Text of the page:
Photographer Diana Scherer's 'Nurture Studies' is beautiful evidence of the strength of a plant's root system. She looks beyond the flower to what happens below ground. Inspired by 17th century botanical encyclopedias whose plant profiles included detailed illustrations of the plant's various parts, Scherer's work similarly studies a plant as an entire entity, roots and all. Her plant portraits reveal the will of these roots—to expand their network and seek new sources of nutrients. In her work, the roots are portrayed as a support system for the flower—now, without a container, in more ways than one.
Scherer grew the flowers from seed over six-months, entirely confined within the corset of a vase. The vases are removed when the flower is teetering at the peak of its growth. This is when she takes out her camera—just when the roots are feeling the constraints of their container, and the flowers are up against their mortality. The leaves are tinged with brown, the petals are beginning to wilt, and the stems bend under the weight of growth. The roots, however, are still holding strong.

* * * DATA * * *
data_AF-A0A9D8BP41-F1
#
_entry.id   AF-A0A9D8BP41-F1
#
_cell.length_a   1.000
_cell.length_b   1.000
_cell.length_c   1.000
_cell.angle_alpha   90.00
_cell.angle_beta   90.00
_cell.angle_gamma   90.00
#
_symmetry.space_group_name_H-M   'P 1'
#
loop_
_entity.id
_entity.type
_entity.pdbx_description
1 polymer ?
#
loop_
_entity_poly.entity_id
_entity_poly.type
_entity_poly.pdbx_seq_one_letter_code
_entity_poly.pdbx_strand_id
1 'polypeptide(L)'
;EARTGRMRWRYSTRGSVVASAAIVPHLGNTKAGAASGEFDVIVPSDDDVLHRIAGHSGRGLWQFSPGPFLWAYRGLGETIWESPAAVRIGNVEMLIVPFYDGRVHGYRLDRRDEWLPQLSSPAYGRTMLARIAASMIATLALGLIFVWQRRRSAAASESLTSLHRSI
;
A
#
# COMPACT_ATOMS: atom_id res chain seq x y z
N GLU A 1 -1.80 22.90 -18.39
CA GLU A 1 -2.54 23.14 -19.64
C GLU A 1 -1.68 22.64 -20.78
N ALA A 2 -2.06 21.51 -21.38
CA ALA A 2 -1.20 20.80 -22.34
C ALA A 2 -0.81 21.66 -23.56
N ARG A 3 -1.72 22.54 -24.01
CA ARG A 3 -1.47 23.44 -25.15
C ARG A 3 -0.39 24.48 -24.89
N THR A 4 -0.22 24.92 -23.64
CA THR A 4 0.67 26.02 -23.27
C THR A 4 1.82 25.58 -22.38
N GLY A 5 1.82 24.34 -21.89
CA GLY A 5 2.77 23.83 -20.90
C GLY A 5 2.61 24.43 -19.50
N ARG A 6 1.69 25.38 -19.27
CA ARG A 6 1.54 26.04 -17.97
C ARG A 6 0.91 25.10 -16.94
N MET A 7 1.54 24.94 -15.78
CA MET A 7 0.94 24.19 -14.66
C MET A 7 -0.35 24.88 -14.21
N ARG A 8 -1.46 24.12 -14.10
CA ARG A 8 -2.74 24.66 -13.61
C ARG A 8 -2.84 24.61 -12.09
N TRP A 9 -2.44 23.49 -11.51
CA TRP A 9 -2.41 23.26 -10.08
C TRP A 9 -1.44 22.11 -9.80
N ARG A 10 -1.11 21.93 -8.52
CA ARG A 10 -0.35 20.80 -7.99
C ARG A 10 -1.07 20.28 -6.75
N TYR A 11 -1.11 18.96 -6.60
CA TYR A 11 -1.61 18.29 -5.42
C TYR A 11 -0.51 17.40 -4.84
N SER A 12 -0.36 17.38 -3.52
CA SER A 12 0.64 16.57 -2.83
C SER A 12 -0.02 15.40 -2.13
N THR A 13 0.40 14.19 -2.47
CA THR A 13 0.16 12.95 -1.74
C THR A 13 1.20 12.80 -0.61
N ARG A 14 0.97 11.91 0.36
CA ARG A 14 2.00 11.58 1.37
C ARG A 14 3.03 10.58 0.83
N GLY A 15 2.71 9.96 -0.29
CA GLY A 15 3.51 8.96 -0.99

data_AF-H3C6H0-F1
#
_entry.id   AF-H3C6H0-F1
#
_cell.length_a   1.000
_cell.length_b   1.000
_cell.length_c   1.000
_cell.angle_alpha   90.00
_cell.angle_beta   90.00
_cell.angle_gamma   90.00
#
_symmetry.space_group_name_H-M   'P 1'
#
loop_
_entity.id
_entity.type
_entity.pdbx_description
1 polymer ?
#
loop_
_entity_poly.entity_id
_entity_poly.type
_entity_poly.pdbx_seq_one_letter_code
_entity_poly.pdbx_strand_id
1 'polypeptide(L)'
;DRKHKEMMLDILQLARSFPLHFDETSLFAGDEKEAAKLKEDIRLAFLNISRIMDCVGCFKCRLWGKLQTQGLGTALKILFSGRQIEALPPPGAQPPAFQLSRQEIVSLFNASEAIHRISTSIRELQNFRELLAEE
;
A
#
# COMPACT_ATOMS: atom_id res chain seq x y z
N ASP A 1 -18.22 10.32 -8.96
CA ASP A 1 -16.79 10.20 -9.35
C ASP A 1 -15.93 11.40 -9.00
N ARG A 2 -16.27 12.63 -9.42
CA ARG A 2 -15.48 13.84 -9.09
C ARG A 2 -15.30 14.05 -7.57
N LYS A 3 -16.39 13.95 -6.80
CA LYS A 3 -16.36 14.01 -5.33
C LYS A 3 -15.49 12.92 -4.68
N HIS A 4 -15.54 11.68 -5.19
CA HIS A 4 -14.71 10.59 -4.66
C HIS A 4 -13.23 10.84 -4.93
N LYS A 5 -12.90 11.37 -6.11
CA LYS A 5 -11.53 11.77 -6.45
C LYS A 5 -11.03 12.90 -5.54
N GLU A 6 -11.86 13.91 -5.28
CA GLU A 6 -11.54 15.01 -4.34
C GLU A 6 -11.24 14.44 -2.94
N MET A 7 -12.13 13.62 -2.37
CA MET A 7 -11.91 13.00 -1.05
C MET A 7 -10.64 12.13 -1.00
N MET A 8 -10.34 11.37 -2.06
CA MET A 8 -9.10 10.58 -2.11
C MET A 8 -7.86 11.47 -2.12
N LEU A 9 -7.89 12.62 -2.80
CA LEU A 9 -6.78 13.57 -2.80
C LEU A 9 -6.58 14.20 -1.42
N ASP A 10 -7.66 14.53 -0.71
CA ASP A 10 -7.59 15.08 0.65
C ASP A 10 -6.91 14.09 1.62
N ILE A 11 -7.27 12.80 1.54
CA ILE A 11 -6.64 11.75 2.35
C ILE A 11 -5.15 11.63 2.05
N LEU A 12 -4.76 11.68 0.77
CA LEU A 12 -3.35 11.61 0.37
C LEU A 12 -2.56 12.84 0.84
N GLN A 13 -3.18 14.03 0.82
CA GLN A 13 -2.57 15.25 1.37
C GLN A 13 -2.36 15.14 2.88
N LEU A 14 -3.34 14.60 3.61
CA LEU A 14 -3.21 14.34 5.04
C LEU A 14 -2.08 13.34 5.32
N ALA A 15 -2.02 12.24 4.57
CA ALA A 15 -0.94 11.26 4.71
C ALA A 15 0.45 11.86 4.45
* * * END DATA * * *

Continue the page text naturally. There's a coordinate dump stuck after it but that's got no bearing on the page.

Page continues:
Seeing Scherer's work reminded me of a recent study presented at the Society for Experimental Biology, in which scientists were also examining a potted plant's roots to determine patterns of growth (while the study perhaps raised more questions than it answered, it was determined that a plant will grow over 40% larger when its pot size is doubled). It's a nice example of artists and scientists pursuing the same inquiry, albeit with different tools and methods. To wit, Sherer, rather than use an MRI scanner to diagram the roots, simply shattered the vase. It's one way to do it, and it makes for a fantastic photograph.
Van Zoetandaal Publishers, a press in the Netherlands that focuses on letterpress and offset lithography, has designed a book of the 'Nurture Studies' photographs.
'Nurture Studies' (2012). Photo credit: Van Zoetandaal Publishers.
'Nurture Studies.' Photo credit: Diana Scherer.